The eyes of the Rugby World Cup were on a scrum cap, allowing another man in headgear to steal the crucial march.
Antoine Dupont’s cheek and protective scrum cap captivated the entire Stade de France last night as the scrum-half delivered a mesmerizing performance.
However, tournament hosts France were unable to dislodge reigning champions South Africa – thanks to another man in the hat, Cheslin Kolbe.
The winger with the peaked cap flew off the line and somehow fended off Thomas Ramos’ attempted conversion. With the season over and South Africa winning by one point, 29-year-old Kolbe’s impressive intervention proved crucial.
Fine edges only sound boring if everyone is constantly talking about them. The closest test encounters revolve around such hair-raising procedures.
South Africa head coach Jacques Nienaber praised Kolbe for turning a lost cause into a game-winning moment.
“You don’t see that often, and it was someone pursuing a lost cause,” Nienaber said. “We were open a few times, but the scramble and effort from the players was enormous.”
Dupont was back in action just 24 days after breaking his cheekbone against Namibia.
The fear was that he would need protection, instead he protected Les Bleus: he filled gaps and dropped into defensive pockets. Then the little general led one attack after the other, with clever passes, incisive kicks and his typical sure dexterity.
Cyrille Baille scored two goals and Peato Mauvaka also crossed in a turbulent first half. But South Africa made up for this, through Kurt-Lee Arendse, Damian de Allende and Kolbe himself.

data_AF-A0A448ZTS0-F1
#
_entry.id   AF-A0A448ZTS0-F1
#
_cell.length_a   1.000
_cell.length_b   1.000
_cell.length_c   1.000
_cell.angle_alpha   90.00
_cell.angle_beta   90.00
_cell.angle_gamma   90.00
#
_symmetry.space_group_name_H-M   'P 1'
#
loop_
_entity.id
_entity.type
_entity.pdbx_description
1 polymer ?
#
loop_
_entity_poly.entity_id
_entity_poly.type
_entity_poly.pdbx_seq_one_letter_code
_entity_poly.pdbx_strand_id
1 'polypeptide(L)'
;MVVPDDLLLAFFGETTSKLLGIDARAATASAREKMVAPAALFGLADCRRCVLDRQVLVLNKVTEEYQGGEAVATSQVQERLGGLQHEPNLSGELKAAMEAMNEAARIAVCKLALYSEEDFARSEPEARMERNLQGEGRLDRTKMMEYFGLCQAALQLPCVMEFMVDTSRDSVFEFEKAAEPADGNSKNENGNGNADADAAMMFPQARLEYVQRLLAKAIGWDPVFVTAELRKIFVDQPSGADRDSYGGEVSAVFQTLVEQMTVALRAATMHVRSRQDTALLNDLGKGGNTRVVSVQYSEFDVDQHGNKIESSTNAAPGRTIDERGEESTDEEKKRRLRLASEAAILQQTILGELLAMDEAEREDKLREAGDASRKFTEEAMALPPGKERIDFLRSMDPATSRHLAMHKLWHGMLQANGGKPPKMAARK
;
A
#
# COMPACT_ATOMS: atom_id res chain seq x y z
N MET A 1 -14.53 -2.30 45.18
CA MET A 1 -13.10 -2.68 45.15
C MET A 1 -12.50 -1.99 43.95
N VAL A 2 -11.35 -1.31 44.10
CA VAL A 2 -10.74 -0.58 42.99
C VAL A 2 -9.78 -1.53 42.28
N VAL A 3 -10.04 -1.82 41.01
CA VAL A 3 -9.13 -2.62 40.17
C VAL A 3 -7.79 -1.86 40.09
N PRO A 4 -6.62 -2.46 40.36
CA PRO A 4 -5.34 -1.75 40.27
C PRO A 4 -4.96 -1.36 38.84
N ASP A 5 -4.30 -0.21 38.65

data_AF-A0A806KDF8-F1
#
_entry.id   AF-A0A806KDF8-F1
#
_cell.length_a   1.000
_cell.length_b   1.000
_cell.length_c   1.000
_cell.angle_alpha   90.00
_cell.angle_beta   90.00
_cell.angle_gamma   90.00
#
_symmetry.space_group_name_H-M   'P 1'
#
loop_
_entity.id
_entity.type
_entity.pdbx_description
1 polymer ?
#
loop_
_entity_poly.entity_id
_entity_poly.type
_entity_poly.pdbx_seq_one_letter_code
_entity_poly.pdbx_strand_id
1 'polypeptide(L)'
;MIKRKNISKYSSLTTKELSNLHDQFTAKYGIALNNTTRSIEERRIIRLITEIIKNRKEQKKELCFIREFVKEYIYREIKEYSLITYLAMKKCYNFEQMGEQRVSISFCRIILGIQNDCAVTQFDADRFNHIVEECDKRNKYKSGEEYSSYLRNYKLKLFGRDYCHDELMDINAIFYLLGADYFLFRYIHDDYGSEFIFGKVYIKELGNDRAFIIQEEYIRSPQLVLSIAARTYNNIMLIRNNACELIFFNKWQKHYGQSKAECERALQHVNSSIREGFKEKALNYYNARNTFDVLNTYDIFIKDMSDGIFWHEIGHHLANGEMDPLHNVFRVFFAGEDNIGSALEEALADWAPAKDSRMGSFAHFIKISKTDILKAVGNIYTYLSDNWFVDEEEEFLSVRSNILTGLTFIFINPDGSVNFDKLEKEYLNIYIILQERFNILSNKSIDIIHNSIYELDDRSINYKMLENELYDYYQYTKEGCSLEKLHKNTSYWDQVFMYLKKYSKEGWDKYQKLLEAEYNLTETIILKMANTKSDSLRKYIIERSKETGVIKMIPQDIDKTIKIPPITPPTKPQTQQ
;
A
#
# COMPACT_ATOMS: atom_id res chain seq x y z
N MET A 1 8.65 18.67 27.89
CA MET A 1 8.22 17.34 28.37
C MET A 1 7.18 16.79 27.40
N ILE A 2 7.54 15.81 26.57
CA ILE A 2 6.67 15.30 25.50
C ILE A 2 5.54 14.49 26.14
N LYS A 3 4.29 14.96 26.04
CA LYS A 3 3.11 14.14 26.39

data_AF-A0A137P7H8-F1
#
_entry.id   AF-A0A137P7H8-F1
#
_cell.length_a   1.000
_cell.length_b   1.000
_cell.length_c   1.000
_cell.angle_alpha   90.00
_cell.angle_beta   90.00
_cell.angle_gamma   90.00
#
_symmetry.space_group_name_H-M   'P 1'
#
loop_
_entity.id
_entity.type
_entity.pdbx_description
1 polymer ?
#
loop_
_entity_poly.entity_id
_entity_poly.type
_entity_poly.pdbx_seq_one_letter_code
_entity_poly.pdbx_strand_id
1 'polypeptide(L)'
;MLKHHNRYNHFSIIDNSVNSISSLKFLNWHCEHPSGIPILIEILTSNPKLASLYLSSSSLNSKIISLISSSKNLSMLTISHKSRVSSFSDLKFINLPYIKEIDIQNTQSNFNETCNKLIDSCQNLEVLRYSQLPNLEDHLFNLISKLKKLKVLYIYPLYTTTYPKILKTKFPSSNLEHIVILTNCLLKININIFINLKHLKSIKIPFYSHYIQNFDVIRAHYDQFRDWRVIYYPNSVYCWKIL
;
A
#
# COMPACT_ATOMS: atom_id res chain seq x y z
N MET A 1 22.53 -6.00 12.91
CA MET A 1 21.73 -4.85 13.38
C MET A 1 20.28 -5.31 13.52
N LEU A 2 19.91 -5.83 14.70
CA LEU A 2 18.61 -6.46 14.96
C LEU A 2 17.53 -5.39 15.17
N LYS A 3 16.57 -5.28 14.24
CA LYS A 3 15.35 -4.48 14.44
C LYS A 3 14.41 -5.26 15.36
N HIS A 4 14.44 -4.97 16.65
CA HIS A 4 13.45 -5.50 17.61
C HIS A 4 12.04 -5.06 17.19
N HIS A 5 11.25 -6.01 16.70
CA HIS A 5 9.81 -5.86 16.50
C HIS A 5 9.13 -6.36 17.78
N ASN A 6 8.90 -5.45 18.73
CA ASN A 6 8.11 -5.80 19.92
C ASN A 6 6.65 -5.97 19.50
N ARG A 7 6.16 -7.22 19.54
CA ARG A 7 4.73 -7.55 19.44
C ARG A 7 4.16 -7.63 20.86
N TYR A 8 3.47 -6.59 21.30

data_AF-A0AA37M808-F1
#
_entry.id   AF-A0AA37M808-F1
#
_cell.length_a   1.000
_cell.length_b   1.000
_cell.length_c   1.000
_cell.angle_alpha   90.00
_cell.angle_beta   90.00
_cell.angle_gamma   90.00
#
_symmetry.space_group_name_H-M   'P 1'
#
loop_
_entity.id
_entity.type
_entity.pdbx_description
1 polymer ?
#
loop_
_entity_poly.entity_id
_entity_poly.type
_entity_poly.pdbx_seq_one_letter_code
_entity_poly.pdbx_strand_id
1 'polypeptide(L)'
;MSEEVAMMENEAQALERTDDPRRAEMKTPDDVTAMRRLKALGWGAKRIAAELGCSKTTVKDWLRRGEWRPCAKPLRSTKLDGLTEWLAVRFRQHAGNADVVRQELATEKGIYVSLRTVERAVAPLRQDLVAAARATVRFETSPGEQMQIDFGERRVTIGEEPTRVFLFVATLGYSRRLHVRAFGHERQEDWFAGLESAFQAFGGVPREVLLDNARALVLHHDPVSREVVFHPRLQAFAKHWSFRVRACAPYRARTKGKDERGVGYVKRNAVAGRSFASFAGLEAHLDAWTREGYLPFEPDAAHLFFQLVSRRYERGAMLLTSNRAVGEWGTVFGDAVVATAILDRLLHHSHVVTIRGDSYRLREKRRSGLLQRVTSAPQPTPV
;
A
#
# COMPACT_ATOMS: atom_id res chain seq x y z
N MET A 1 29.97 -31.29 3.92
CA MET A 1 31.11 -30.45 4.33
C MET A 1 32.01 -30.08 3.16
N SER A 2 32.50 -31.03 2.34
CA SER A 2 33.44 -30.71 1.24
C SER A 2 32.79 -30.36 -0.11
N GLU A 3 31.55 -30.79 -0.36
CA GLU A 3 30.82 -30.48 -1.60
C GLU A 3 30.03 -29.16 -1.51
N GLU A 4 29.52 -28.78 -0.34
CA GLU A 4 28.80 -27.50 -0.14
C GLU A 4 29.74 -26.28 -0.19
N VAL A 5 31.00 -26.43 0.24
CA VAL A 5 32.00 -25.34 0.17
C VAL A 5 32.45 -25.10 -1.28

After the break, the reality dawned that a team was losing an epic game that almost didn’t deserve to be a loser. Just like the clash between Ireland and New Zealand the night before, this game was to be won not lost.
There would be no surrender, no giving in. France threw everything at the wild South Africa, but could not deliver the final blow. Instead, Eben Etzebeth shot the ball into the goal, Handre Pollard converted and converted a penalty two minutes later. France pushed again, but to no avail.
South Africa managed to keep the Webb Ellis Cup defense alive. Dupont had risen from the dead, but could not quite survive another fight.
England be warned. Whatever was thrown at South Africa in this World Cup was chewed up and spit out.
These untouched predators happily eat every single bite. Anything less than a near perfect approach and those big bad Boks will come and get you.
South Africa’s all-encompassing control could hardly seem more daunting unless and until the head coach turns around and insists there is still a lot to fix.
“We did a lot of things wrong,” Nienaber said. “That’s probably the pressure of a knockout game, but we still have a lot to sort out now.
“I know you’re looking at the bench but it’s a squad of 23 players that we select to get a result on the day. The distance between our players is not big. We’re lucky.”
South Africa never lacks motivation to make their nation proud, but now they might be able to gain the support of the French public for the rest of the World Cup.
“We have 60 million South Africans supporting us all the way and I think that will be enough for now,” said hooker Bongi Mbonambi.
“But if the French want to support us, they are very welcome!”
For France, their daring attempt to win a World Cup on home soil for the first time is over.
“This is the end of the adventure,” said flanker Francois Cros. “It’s a shame for this group who deserve to progress. We will never play another World Cup in France. It’s hard to end like this.”